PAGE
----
On the eve of D Day two New Zealand commandos (why they have to be New Zealanders is never quite explained) Ben Grogan (Craig Hall) and Joe Tane (Karlos Drinkwater), are sent to destroy German gun emplacements on an island in the English Channel. However once on the island the soldiers discover much more than mere guns and boobytraps. The Nazis are hatching an occult plot to unleash demonic forces to win the war, and this godforsaken British outpost is where Hell will literally be loosed on earth.
I didn't, in all honesty, know how to feel about The Devil's Rock - good, bad or indifferent? If you can get through the first five minutes, which mainly concerns the two mercenaries (whose dialogue gratingly seems to consist of nothing but the 'f' word) arriving on the island and takes place virtually in the pitch black, then things begin to pick up - just.
Over the years there have been countless horror films concerning the Nazis - hardly surprising considering that the atrocities they committed provide prime fodder for horror - think Ilsa: She Wolf of the SS (1975), Shockwaves (1977), Zombie Lake (1981), and Dead Snow (2009) to name but a few (as well as Sergio Garrone's notorious SS Experiment Love Camp (1976) - but we won't even go there!). One in particular however, bares an uncanny resemblance to The Devil's Rock. Analyse 1983's shocker The Keep (interesting if for nothing else than the fact that it was one of the first films from the highly respected Michael Mann) - Nazi soldiers harbouring an evil force within a fortress, which they intend to use as a weapon in the war - and the premise is almost a blue print for this devilishly odd film.
What did I make of The Devil's Rock? Not much. There is a lot of occult paraphernalia - circles, candles, pentagrams, flesh, blood (plenty of that). In fact everything you've seen before from The Devil Rides Out to Hellraiser, which its predecessors pulled off with more panache. The real trouble though is that this film doesn't seem to know what it is. Wartime thriller, as in the arrival of two soldiers on a windswept island out to sabotage the Germans' attack plans. Love story, as Grogan battles with the loss of his wife and the demon's reincarnation of her to torment him. Or subtle horror - inexplicable groans and erie screams echoing down dark subterranean corridors, apparently 'empty' rooms with gratuitously dismembered corpses and glistening, slimy piles of gore and intestines... Ok, let's forget the subtle. Though the horror takes its time in coming, when it does it does thick and fast, with no pretence whatsoever at style or atmosphere. Severed fingers, decapitation, a rather gruesomely detailed and unnecessarily prolonged removal of a bullet from one guy's stomach. It's as if the producers had decided oh, this is a horror movie. We haven't shown any yet. Let's throw in as much (admittedly pretty realistic) gore as possible.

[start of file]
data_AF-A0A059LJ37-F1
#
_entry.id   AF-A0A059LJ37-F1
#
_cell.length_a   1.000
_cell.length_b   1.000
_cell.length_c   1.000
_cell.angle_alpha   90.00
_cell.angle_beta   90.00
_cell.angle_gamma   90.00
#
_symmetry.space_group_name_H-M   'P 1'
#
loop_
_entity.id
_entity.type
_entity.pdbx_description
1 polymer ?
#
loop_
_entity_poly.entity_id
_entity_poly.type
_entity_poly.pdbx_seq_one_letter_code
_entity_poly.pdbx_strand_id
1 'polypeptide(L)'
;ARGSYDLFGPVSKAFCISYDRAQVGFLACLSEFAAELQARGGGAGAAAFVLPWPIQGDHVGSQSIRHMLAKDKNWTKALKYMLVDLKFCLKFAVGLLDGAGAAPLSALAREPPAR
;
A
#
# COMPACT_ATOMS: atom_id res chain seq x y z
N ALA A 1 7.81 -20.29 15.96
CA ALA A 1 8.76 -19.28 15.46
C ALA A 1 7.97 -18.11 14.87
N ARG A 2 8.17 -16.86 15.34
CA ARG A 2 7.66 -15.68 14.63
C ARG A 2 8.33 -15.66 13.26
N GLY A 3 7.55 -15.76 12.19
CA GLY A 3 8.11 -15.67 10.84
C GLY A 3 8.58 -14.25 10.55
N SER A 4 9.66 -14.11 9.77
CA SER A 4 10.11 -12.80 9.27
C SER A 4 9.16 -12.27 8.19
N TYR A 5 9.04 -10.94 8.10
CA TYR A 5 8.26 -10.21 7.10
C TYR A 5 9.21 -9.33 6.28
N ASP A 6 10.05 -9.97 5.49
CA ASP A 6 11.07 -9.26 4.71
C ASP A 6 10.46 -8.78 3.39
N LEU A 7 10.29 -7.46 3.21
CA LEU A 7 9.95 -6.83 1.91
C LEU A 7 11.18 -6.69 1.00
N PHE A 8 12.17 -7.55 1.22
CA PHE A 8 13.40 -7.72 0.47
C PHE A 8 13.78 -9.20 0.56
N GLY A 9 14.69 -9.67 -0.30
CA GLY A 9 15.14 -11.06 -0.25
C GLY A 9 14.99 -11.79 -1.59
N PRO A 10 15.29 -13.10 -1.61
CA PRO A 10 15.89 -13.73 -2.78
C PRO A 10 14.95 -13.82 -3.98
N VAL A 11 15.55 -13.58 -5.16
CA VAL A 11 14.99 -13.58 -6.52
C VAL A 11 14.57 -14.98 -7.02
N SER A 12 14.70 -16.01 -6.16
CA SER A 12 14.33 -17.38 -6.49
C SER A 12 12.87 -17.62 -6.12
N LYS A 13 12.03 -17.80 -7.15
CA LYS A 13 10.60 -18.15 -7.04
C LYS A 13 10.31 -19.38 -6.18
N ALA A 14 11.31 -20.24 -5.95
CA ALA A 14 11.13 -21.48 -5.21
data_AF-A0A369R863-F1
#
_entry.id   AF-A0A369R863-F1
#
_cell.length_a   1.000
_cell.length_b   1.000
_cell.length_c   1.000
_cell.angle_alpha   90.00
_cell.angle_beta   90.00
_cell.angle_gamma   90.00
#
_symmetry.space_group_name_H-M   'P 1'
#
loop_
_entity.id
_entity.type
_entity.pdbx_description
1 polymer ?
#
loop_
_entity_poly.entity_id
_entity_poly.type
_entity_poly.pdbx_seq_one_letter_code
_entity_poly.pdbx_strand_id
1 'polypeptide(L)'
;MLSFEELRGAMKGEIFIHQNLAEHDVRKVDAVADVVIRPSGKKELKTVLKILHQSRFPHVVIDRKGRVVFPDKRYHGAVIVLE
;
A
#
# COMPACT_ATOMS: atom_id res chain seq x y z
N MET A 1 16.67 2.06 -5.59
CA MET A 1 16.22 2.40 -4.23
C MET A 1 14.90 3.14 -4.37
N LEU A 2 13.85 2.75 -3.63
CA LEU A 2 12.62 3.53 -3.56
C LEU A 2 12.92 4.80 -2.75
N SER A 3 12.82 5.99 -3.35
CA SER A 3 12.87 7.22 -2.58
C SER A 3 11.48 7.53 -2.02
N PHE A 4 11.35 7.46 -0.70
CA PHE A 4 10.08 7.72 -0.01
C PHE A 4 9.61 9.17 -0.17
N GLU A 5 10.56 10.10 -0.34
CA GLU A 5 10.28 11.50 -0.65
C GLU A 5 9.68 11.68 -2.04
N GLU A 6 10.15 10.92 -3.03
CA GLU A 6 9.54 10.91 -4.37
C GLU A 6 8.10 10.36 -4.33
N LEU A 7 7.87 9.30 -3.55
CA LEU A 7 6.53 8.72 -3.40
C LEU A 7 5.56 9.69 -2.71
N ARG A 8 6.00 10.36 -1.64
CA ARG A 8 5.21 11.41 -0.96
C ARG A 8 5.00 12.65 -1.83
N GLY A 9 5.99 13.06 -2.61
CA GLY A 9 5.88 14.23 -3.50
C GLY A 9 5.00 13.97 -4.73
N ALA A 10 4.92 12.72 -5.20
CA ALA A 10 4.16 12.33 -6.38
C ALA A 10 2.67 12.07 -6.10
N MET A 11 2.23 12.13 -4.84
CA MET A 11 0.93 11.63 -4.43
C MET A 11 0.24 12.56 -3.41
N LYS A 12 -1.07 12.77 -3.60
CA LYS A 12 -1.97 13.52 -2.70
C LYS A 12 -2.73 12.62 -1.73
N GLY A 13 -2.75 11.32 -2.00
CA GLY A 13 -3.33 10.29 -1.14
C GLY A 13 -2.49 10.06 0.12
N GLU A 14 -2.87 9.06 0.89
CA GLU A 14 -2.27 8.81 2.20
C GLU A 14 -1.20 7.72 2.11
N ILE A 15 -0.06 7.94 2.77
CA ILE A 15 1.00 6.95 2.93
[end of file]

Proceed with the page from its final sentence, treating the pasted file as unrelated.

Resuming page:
Before the demon reveals itself in all its abominable glory, the female form it takes on in order to seduce the understandably bewildered Grogan (and believe me he won't be the only confused one after you've sat through the film), resembles Jessie Wallace from Eastenders, which would probably be horror enough for most people. When eventually the demon does emerge from the shadows, it looks like a female version of Tim Curry's Darkness from Legend, which isn't a good look in anyone's book - even for Hell spawn.
There are some smart touches, like when the death of one character inadvertently provides a bridge for the demon to enter the circle, which is supposedly protecting the hero from it. However these are few and far between and not enough to save this hokum ridden schlock fest from a wearisome death and an ending which, though it takes the viewer by surprise by just, happening, doesn't come soon enough. The film's accompanying poster says to "Prepare for Hell in 2011". I think that should include the warning that 'Hell' is having to sit through it.
This film could have been fun, but instead ends up like a Nazi experiment - fatuous and grisly. Fortunately many of the Nazis' planned atrocities never got past the drawing board. Unfortunately The Devil's Rock did.
The Devil's Rock - Out on DVD - 11th July